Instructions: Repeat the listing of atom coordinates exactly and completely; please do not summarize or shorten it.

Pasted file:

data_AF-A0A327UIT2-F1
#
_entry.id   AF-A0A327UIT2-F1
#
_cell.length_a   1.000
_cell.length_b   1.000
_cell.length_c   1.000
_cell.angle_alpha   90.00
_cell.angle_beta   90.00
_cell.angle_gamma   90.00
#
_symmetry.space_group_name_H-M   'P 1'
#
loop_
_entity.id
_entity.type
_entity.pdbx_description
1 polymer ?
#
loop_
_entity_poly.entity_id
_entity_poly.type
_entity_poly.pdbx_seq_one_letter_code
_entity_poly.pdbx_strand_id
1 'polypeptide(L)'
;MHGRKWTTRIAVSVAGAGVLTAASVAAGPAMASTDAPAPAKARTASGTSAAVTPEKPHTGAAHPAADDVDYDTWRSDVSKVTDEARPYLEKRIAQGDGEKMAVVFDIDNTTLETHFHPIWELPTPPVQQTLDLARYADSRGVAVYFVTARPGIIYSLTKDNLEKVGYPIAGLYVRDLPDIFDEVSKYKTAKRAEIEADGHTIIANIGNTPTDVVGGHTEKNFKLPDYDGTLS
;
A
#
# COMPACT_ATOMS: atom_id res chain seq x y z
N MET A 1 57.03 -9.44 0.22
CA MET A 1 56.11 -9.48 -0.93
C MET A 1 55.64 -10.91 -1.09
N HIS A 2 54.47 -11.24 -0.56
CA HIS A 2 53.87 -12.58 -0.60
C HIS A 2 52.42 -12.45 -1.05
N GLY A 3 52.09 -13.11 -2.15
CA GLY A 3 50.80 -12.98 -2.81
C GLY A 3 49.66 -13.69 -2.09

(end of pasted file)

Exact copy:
data_AF-A0A327UIT2-F1
#
_entry.id   AF-A0A327UIT2-F1
#
_cell.length_a   1.000
_cell.length_b   1.000
_cell.length_c   1.000
_cell.angle_alpha   90.00
_cell.angle_beta   90.00
_cell.angle_gamma   90.00
#
_symmetry.space_group_name_H-M   'P 1'
#
loop_
_entity.id
_entity.type
_entity.pdbx_description
1 polymer ?
#
loop_
_entity_poly.entity_id
_entity_poly.type
_entity_poly.pdbx_seq_one_letter_code
_entity_poly.pdbx_strand_id
1 'polypeptide(L)'
;MHGRKWTTRIAVSVAGAGVLTAASVAAGPAMASTDAPAPAKARTASGTSAAVTPEKPHTGAAHPAADDVDYDTWRSDVSKVTDEARPYLEKRIAQGDGEKMAVVFDIDNTTLETHFHPIWELPTPPVQQTLDLARYADSRGVAVYFVTARPGIIYSLTKDNLEKVGYPIAGLYVRDLPDIFDEVSKYKTAKRAEIEADGHTIIANIGNTPTDVVGGHTEKNFKLPDYDGTLS
;
A
#
# COMPACT_ATOMS: atom_id res chain seq x y z
N MET A 1 57.03 -9.44 0.22
CA MET A 1 56.11 -9.48 -0.93
C MET A 1 55.64 -10.91 -1.09
N HIS A 2 54.47 -11.24 -0.56
CA HIS A 2 53.87 -12.58 -0.60
C HIS A 2 52.42 -12.45 -1.05
N GLY A 3 52.09 -13.11 -2.15
CA GLY A 3 50.80 -12.98 -2.81
C GLY A 3 49.66 -13.69 -2.09